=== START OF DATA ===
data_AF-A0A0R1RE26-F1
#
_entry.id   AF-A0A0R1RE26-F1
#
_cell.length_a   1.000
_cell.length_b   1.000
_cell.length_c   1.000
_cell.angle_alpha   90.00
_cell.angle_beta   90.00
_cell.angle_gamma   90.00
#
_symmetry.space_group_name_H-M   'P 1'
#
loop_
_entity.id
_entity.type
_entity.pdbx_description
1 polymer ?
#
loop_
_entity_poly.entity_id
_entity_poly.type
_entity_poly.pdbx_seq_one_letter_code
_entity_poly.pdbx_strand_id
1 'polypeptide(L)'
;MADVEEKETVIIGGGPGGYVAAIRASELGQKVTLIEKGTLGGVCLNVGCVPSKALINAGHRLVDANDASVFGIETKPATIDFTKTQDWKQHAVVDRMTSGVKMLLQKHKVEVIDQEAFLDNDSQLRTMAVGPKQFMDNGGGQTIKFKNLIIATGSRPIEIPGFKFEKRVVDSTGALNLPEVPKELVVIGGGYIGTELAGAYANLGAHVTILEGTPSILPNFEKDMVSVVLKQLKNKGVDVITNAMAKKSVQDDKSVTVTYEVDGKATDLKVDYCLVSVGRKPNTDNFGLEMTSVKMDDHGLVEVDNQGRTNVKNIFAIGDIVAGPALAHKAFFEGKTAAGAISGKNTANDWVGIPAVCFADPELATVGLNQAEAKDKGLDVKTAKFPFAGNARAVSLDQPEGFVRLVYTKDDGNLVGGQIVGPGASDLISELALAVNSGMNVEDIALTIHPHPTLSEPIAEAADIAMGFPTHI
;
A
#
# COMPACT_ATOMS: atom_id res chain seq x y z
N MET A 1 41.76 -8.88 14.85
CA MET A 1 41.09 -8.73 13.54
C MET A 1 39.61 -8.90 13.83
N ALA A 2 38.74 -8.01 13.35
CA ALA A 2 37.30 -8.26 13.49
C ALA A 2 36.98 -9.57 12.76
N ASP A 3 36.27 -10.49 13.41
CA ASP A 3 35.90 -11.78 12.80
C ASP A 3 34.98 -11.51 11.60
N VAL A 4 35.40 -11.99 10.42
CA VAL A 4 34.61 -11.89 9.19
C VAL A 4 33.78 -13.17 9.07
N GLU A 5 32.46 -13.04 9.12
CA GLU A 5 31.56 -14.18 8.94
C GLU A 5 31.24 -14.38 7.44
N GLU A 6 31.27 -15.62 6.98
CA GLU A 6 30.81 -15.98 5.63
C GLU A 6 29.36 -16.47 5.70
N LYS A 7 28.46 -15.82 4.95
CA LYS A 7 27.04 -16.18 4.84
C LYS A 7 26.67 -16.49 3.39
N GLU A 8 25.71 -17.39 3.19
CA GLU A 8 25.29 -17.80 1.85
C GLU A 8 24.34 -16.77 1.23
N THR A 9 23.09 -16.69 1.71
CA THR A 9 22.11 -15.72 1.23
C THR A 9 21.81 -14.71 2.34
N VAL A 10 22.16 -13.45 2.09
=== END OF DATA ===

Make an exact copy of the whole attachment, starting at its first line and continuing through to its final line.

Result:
data_AF-A0A0R1RE26-F1
#
_entry.id   AF-A0A0R1RE26-F1
#
_cell.length_a   1.000
_cell.length_b   1.000
_cell.length_c   1.000
_cell.angle_alpha   90.00
_cell.angle_beta   90.00
_cell.angle_gamma   90.00
#
_symmetry.space_group_name_H-M   'P 1'
#
loop_
_entity.id
_entity.type
_entity.pdbx_description
1 polymer ?
#
loop_
_entity_poly.entity_id
_entity_poly.type
_entity_poly.pdbx_seq_one_letter_code
_entity_poly.pdbx_strand_id
1 'polypeptide(L)'
;MADVEEKETVIIGGGPGGYVAAIRASELGQKVTLIEKGTLGGVCLNVGCVPSKALINAGHRLVDANDASVFGIETKPATIDFTKTQDWKQHAVVDRMTSGVKMLLQKHKVEVIDQEAFLDNDSQLRTMAVGPKQFMDNGGGQTIKFKNLIIATGSRPIEIPGFKFEKRVVDSTGALNLPEVPKELVVIGGGYIGTELAGAYANLGAHVTILEGTPSILPNFEKDMVSVVLKQLKNKGVDVITNAMAKKSVQDDKSVTVTYEVDGKATDLKVDYCLVSVGRKPNTDNFGLEMTSVKMDDHGLVEVDNQGRTNVKNIFAIGDIVAGPALAHKAFFEGKTAAGAISGKNTANDWVGIPAVCFADPELATVGLNQAEAKDKGLDVKTAKFPFAGNARAVSLDQPEGFVRLVYTKDDGNLVGGQIVGPGASDLISELALAVNSGMNVEDIALTIHPHPTLSEPIAEAADIAMGFPTHI
;
A
#
# COMPACT_ATOMS: atom_id res chain seq x y z
N MET A 1 41.76 -8.88 14.85
CA MET A 1 41.09 -8.73 13.54
C MET A 1 39.61 -8.90 13.83
N ALA A 2 38.74 -8.01 13.35
CA ALA A 2 37.30 -8.26 13.49
C ALA A 2 36.98 -9.57 12.76
N ASP A 3 36.27 -10.49 13.41
CA ASP A 3 35.90 -11.78 12.80
C ASP A 3 34.98 -11.51 11.60
N VAL A 4 35.40 -11.99 10.42
CA VAL A 4 34.61 -11.89 9.19
C VAL A 4 33.78 -13.17 9.07
N GLU A 5 32.46 -13.04 9.12
CA GLU A 5 31.56 -14.18 8.94
C GLU A 5 31.24 -14.38 7.44
N GLU A 6 31.27 -15.62 6.98
CA GLU A 6 30.81 -15.98 5.63
C GLU A 6 29.36 -16.47 5.70
N LYS A 7 28.46 -15.82 4.95
CA LYS A 7 27.04 -16.18 4.84
C LYS A 7 26.67 -16.49 3.39
N GLU A 8 25.71 -17.39 3.19
CA GLU A 8 25.29 -17.80 1.85
C GLU A 8 24.34 -16.77 1.23
N THR A 9 23.09 -16.69 1.71
CA THR A 9 22.11 -15.72 1.23
C THR A 9 21.81 -14.71 2.34
N VAL A 10 22.16 -13.45 2.09